[The science of sleep – Cloud-like banana whole-wheat cakes]

banana cake

Michel and his terrific movies. Bruno and his delicious goat cheese. Gaspard and his pretty face. Pierre and his outstanding pâtisseries. These are some of the not so many things that make me realise I’m not that damned to be French.

Le Neuf definitely isn’t one of them. For you who are lucky enough not to know what Le Neuf is, well let me explain. Le Neuf describes itself as one of the best internet access providers, which certainly does sound appealing.
I seem to have forgotten something crucial here though. I just moved flats, and ended in the smallest town ever with only two television channels, no internet but a cheeringly well-equipped kitchen and a sewing machine. Okay, so now you know the basic facts, let’s go back to Le Neuf.
At first, me and Le Neuf got on very well. Free phone calls, high speed internet connection and more than that, I didn’t have to make a call – you know those awfully expensive zero-huit-cent-something numbers, which charge you around three Kitchen Aid stand-mixers per minute, including the minutes you spend waiting and trying to ignore the terrible music. They said they would call me.

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If you’re anything like me, I guess we should stop blathering for a sec and grasp the genuine meaning of my last sentence. They said they would call me. I mean: whoa. Quite evidently, I filled in the form that asked for my name and telephone number. And waited. That long Saturday afternoon I spent waiting somewhat reminded me of that other afternoon, back in the 90s. But that’s another story. Anyway, as you might have guessed, Le Neuf never called. Or at least not until today, just to tell me I wouldn’t receive the preciously waited for Neufbox until two of three weeks.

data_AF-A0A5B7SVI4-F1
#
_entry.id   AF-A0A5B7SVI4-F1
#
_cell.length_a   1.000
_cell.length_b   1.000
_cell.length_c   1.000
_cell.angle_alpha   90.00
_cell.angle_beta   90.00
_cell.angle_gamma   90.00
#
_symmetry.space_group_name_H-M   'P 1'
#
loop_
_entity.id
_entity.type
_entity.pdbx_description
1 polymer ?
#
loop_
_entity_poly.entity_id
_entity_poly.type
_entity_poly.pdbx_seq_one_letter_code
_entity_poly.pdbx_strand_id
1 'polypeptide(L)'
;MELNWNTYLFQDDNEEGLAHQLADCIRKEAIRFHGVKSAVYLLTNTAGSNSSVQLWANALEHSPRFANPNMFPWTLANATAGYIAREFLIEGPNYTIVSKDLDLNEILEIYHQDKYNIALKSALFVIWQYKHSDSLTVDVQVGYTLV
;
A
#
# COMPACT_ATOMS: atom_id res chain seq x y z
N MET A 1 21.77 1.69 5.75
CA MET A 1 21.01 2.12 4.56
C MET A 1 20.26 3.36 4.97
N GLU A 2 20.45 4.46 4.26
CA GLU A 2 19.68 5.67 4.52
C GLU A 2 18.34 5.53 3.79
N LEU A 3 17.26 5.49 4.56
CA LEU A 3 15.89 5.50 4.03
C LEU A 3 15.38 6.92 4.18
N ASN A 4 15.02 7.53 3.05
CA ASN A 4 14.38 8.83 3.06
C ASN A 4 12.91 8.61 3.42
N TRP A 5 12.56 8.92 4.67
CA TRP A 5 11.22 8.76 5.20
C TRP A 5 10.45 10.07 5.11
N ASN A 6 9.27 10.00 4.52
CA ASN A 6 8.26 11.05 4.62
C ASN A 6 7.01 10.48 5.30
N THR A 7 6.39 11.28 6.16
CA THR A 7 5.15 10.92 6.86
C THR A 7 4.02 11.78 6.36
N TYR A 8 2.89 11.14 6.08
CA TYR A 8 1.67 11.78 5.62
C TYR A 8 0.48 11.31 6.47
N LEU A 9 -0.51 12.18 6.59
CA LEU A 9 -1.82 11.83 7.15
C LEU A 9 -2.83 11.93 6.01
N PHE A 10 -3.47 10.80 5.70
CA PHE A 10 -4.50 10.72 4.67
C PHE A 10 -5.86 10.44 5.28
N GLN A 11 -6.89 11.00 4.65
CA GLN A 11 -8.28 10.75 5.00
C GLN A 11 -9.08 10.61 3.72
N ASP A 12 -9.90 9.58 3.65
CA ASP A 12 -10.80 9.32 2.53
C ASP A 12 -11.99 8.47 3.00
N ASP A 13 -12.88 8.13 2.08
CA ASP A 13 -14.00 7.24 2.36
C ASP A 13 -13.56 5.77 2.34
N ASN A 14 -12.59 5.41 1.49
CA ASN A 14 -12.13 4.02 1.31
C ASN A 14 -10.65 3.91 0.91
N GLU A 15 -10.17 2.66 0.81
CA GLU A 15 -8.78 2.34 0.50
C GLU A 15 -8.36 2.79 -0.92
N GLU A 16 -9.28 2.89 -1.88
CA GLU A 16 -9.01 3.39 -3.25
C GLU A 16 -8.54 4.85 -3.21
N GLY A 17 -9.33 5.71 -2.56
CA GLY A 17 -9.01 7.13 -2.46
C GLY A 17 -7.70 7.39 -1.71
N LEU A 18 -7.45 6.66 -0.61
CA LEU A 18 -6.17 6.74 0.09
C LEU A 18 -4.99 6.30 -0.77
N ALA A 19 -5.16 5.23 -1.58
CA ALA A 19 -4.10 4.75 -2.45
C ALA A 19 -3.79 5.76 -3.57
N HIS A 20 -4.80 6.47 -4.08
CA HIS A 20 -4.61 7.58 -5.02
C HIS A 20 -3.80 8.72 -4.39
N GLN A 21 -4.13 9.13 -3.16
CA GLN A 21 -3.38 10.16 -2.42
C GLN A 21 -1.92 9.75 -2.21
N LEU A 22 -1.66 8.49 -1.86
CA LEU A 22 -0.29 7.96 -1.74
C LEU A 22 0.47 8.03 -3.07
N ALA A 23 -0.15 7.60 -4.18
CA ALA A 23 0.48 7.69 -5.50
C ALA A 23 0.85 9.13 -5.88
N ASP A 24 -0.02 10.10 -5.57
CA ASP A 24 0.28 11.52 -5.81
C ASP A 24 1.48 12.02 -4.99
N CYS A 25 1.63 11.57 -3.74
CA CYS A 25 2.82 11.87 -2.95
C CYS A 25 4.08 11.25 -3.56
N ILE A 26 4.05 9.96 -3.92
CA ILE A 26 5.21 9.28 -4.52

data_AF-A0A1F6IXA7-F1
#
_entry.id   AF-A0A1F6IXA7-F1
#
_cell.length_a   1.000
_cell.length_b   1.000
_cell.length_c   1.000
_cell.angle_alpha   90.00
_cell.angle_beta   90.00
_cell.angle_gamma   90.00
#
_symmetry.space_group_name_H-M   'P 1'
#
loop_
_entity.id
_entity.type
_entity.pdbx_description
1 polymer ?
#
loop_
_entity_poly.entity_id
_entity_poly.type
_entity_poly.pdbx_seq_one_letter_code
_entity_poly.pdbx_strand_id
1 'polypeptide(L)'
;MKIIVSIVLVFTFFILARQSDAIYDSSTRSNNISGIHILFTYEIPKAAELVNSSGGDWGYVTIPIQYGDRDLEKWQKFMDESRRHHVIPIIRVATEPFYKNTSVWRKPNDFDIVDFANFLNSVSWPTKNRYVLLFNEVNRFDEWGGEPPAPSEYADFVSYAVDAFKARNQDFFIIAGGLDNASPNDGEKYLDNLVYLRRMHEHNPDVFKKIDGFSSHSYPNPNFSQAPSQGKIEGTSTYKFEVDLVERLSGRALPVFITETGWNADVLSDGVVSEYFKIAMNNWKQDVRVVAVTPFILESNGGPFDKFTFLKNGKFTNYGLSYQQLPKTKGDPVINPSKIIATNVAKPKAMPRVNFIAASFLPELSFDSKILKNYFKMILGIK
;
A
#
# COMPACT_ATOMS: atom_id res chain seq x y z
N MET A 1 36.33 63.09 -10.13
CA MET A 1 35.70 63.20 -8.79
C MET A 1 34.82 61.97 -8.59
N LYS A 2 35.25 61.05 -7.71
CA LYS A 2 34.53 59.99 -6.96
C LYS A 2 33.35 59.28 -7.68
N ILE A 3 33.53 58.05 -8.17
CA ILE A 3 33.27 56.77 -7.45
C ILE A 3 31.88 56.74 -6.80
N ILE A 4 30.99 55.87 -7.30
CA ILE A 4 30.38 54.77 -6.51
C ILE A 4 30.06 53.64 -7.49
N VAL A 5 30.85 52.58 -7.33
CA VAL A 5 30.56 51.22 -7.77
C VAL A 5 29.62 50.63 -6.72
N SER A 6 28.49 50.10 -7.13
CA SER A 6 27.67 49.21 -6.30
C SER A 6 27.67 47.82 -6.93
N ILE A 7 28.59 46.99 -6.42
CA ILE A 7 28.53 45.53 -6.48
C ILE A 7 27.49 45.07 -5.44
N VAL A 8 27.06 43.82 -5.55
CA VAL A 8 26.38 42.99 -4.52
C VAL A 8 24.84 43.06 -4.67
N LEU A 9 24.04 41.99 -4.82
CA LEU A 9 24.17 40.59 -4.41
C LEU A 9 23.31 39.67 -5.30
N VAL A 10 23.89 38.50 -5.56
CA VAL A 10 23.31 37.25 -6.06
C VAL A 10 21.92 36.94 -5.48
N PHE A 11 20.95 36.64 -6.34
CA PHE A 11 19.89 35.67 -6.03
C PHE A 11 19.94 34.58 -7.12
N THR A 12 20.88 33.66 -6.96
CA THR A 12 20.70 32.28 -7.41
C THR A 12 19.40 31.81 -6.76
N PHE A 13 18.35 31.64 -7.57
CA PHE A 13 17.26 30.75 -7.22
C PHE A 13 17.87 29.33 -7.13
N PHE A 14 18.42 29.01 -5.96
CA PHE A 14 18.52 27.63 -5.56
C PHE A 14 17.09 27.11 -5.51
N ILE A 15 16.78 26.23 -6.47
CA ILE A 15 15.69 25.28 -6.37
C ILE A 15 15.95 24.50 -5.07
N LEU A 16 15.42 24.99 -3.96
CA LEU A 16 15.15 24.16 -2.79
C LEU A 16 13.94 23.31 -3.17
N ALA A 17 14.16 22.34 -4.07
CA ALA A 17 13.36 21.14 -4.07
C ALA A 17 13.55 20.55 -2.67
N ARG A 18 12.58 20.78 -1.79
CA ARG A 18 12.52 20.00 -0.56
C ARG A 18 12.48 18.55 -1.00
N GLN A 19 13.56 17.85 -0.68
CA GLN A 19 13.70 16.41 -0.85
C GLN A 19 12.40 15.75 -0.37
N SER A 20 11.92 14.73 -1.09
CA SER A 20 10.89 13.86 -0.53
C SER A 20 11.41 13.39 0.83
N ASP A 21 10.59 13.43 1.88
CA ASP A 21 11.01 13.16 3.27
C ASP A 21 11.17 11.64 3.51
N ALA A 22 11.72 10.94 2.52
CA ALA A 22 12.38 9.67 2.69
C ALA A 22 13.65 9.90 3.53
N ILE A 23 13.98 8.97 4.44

handmade fabric telephone

Yeah that’s right, two or three. Not the same in my book, but well, Le Neuf doesn’t seem to be as organised as I am, and while I’ll not so patiently wait for the package to arrive, you can be sure my flat will continue to get filled with beautiful fabric telephones and just-like-in-your-dreams cakes.

banana cake

Petits gâteaux comme des nuages à la farine semi-complète et à la banane

I love those little cakes. Their fragrant perfume and wholesome roughness. They make you fully realise what an oven is made for.
And their even better the next day: just wrap them in cling film as soon as they’re at room temperature and they’ll make your breakfast a feast.
Trust me; I’m thankful to have written the quantities down, as I usually don’t do when making cake for no special occasion. Those definitely are great. The crumb is quite dense, just like you would expect from a banana cake, yet in a subtle way.
Plus, they’re good for you: lots of fibre and good sugars.

Petits gâteaux comme des nuages à la farine semi-complète et à la banane

makes 8 small cakes or one loaf

100g butter
180g T80 flour (or a mix of plain and whole-wheat flours)
2 tsp of baking powder
1/2 tsp of baking soda
a pinch of salt
140g unrefined cane sugar
2 large eggs, at room temperature
a dash of vanilla extract
3 bananas (approximately 300g skinned or 450g when weighed with the skin on), mashed

Preheat the oven to 170°C.
Melt the butter in a medium pan over moderate heat.
While the butter is melting, measure the flour, baking powder and soda, and salt into a large bowl and mix until combined.
As soon as the butter is melted, take the pan of the heat and allow to cool down for a few minutes until you can touch the bottom of the pan without burning your fingers.
When the butter is warm (but not hot), beat in the eggs, one at a time. Add the sugar and a good dash of vanilla extract.
Fold the wet just ingredients into the flour mix until smooth, and mix in the mashed bananas. Divide the batter between six moulds (100g in each mould should do) and bake for 25 minutes or until a skewer comes out clean.